Factor seven requires the court to consider the intention of either parent to relocate the child's primary residence.   The court did not make a specific finding regarding Mother's intent to remain in Iowa with Dylan, except to state that it was in his best interest to reside primarily with Mother.   In making this determination, the court emphasized the fact that Mother had been Dylan's primary caretaker and that Mother was more likely to ensure that Dylan had a meaningful relationship with both parents.   The court established a detailed visitation schedule, ensuring that Father would be permitted to carry on a meaningful relationship with Dylan.   The court's designated meeting place to exchange custody, a Texaco Station in Decatur, Iowa, was taken from the parties' temporary agreement.   The visitation schedule was similar to the plan outlined in the parties' temporary agreement, except that Father was granted visitation on alternating weekends and primary custody was granted to Mother.

There is ample evidence to support the trial court's determination that it was in Dylan's best interest to reside primarily with Mother.   Point denied.

The judgment is affirmed.

FOOTNOTES

1.   While appellant states in his brief that the Temporary Custody/Visitation Agreement awarded primary physical custody of Dylan to Father, the agreement actually designated “Petitioner,” which would be Mother, as the primary physical custodian.   However, the document also states that Dylan was in the “care and control of Respondent” at the time the agreement was signed and implies that Father would continue to be Dylan's primary physical custodian.   The agreement stated that while Dylan was residing in Missouri with Respondent/Father, Petitioner/Mother would have the following visitation with Dylan in Iowa:a.  On Thursday, July 6, 2000, from 5 p.m. until Sunday, July 9, 2000, at 7 p.m.b. Alternating weekends thereafter from 7 p.m. Friday until 7 p.m. Sunday.c. At all other times and occasions as the parties may agree.   In addition, the Petitioner shall be allowed to visit with the minor child in Nodaway County, Missouri, at all reasonable times and occasions and provided that she notifies the Respondent at least 24 hours in advance.

2.   Father raised this argument in his Motion to Reopen and Modify Judgment;  or in the Alternative, Motion for New Trial.   The transcript shows that the tape of the hearing on Father's motion was blank, aside from the introductory remarks.

3.   The four factor test previously set out in the case law required the court to consider the following:(1) the prospective advantages of the move, including a consideration of whether or not the move will improve the general quality of life for the party seeking to relocate and the child;  (2) the motives of the party seeking to relocate, including a consideration of whether or not he or she is attempting to defeat or to frustrate the nonrelocating party's visitation rights;  (3) the nonrelocating party's motives for opposing relocation, including a consideration of the extent to which it is intended to secure financial advantage in continuing child support;  and (4) the realistic opportunity for visitation which can provide frequent, continuing and meaningful contact for the nonrelocating party with the child if the move is permitted.Sadler v. Favro, 23 S.W.3d 253, 258 (Mo.App. W.D.2000).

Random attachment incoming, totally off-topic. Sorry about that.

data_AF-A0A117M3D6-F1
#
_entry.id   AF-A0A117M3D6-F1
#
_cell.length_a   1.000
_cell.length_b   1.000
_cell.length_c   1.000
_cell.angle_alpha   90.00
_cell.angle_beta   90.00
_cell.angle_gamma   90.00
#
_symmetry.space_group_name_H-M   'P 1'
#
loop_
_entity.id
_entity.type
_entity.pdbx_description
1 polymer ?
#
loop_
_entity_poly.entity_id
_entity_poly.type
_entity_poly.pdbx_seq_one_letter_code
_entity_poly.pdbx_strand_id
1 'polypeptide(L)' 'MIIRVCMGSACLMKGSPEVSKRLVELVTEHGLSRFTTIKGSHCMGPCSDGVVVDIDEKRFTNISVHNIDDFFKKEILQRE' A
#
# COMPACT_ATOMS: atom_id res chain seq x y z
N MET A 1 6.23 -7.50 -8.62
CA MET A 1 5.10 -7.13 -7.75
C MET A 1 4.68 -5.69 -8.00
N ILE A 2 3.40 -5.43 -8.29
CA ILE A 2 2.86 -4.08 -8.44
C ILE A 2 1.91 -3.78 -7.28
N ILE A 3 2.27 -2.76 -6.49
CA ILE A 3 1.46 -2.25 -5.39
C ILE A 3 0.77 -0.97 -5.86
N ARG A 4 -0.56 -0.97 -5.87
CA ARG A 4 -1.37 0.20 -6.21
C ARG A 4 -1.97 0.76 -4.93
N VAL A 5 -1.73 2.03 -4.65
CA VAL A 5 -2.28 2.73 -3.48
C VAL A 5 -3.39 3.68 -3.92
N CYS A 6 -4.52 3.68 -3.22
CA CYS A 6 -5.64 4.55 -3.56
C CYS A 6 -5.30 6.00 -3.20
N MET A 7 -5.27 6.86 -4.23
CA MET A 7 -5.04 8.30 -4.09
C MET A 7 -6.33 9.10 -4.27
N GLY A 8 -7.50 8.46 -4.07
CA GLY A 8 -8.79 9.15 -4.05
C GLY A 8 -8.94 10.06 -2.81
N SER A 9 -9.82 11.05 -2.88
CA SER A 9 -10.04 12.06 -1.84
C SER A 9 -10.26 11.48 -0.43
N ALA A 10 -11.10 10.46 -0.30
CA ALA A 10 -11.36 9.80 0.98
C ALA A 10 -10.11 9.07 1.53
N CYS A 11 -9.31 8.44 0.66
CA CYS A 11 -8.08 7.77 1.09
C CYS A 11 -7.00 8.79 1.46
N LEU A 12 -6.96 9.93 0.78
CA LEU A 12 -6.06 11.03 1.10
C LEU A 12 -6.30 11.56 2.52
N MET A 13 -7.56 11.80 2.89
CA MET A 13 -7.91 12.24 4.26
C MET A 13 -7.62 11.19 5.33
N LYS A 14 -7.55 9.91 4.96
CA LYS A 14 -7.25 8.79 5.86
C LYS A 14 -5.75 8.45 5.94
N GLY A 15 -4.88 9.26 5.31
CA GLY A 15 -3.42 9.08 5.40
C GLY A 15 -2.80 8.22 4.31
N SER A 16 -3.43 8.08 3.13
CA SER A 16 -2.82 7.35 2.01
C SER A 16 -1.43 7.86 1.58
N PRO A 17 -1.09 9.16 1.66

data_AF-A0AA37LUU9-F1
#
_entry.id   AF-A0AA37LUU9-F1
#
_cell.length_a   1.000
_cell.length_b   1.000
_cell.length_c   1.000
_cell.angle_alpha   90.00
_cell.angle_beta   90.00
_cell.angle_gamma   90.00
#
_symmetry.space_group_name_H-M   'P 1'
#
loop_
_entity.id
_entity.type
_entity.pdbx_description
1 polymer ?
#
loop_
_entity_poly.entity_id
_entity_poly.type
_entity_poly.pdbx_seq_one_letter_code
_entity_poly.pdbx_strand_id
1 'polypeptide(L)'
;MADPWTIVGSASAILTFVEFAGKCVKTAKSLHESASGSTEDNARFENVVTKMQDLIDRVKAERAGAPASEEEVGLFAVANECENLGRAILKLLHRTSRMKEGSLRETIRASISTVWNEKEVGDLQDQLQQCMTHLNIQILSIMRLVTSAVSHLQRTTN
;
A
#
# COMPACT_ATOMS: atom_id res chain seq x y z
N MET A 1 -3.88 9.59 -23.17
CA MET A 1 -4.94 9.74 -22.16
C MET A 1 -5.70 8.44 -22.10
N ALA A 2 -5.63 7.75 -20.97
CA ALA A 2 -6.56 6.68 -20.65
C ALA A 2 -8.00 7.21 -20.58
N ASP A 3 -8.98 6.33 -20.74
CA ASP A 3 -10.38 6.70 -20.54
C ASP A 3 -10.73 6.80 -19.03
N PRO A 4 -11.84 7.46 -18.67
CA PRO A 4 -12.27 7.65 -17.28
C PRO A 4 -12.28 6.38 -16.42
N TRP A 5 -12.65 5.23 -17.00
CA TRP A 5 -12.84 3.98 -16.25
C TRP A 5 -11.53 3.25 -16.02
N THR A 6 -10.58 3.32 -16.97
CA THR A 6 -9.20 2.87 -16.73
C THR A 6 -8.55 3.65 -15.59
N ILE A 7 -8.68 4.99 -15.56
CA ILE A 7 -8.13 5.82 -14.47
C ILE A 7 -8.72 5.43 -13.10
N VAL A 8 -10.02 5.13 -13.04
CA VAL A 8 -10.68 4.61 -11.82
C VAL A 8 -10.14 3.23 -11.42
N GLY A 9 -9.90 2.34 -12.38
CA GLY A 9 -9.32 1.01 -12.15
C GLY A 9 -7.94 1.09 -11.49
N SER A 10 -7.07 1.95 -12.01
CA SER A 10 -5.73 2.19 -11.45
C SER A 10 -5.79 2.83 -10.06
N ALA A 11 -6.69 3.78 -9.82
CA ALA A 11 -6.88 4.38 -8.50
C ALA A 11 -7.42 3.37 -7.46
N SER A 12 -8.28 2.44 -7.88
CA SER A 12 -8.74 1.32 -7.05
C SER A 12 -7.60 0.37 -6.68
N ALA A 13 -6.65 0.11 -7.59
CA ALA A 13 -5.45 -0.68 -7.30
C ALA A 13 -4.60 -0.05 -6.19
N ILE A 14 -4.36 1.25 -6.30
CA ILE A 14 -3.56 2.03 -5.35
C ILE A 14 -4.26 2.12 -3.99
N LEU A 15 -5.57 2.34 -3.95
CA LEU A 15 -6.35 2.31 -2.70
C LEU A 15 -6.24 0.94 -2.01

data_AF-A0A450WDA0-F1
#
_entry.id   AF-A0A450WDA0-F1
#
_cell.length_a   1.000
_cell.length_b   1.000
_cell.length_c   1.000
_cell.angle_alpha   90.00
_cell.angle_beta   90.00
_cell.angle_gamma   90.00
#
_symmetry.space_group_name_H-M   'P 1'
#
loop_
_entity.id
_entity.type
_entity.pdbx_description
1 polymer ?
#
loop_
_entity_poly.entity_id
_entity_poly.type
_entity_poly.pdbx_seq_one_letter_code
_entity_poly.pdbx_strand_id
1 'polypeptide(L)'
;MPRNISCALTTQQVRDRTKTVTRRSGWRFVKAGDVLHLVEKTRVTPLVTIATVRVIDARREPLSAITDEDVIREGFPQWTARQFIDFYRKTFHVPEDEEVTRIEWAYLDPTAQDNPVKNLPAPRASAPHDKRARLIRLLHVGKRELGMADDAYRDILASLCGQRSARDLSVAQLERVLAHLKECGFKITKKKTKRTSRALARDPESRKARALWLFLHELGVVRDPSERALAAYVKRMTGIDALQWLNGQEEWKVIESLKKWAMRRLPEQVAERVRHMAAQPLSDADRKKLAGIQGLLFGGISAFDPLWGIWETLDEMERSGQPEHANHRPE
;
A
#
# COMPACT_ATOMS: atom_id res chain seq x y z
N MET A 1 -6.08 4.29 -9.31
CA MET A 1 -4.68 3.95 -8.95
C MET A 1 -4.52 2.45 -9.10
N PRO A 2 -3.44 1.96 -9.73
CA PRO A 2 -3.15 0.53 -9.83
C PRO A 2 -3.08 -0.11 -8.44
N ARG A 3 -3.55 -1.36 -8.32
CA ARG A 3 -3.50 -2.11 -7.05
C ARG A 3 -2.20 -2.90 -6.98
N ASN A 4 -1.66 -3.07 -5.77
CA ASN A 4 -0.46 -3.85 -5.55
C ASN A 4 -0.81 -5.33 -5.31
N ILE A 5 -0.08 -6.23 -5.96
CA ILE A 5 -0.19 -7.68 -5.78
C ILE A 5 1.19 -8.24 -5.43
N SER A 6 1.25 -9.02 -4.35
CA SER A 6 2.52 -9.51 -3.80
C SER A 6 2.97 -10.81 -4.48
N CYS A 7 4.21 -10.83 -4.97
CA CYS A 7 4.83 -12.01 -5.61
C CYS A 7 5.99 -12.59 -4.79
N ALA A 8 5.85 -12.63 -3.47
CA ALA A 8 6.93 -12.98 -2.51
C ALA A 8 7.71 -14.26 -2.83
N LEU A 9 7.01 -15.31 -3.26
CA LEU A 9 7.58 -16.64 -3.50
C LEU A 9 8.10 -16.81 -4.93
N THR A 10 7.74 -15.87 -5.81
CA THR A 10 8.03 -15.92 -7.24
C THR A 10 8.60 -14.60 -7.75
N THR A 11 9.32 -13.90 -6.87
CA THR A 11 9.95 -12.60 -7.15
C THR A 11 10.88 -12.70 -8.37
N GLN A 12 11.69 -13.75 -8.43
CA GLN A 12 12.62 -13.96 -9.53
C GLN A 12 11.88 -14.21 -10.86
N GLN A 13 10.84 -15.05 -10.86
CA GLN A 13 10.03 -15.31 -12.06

4.   This conclusion is not inconsistent with our decision in Seaman v. Seaman, 41 S.W.3d 889 (Mo.App. W.D.2001).   In Seaman, the mother had not yet moved to Nebraska at the time of the dissolution hearing but proposed to move there in the future.  Id. at 895.   Thus, unlike the instant case where Mother had already moved to Iowa, the court in Seaman had to determine whether the move was appropriate as part and parcel of the initial child custody determination.   Moreover, we noted in Seaman that “much of the analysis is the same for the relocation as it was for the custody arrangements.”  Id. Accordingly, we briefly reviewed the relocation factors as well as the custody factors, but we did not hold that those factors are applicable to an initial custody proceeding.  Id. at 894-96.

5.   Factor one requires the court to determine that the relocation is in the child's best interest.   The record shows that the trial court, in applying § 452.375.2, determined that it was in Dylan's best interest to reside primarily with Mother in Iowa. The court emphasized that Mother was more likely to ensure that Dylan had continuing contact with both parents.Factor two requires the court to determine that the relocation is made in good faith.   The record showed that Mother was from Iowa and moved to be closer to her family.   Before moving, Mother had secured a job that provided health insurance for Dylan and made arrangements to rent an apartment.Factor three requires the court to ensure that the child has continuing and meaningful contact with the nonrelocating parent through visitation and telephone access, unless such contact would not be in the child's best interest.   The court must also specify how transportation costs will be allocated between the parties and adjust child support as needed.   The court established a detailed visitation schedule allowing Father to have visitation on alternating weekends and for one week during the months of June, July and August.   The visitation schedule also sets out a rotating holiday schedule.   The agreement requires Mother and Father to divide transportation costs.

JOSEPH M. ELLIS, Judge.

All concur.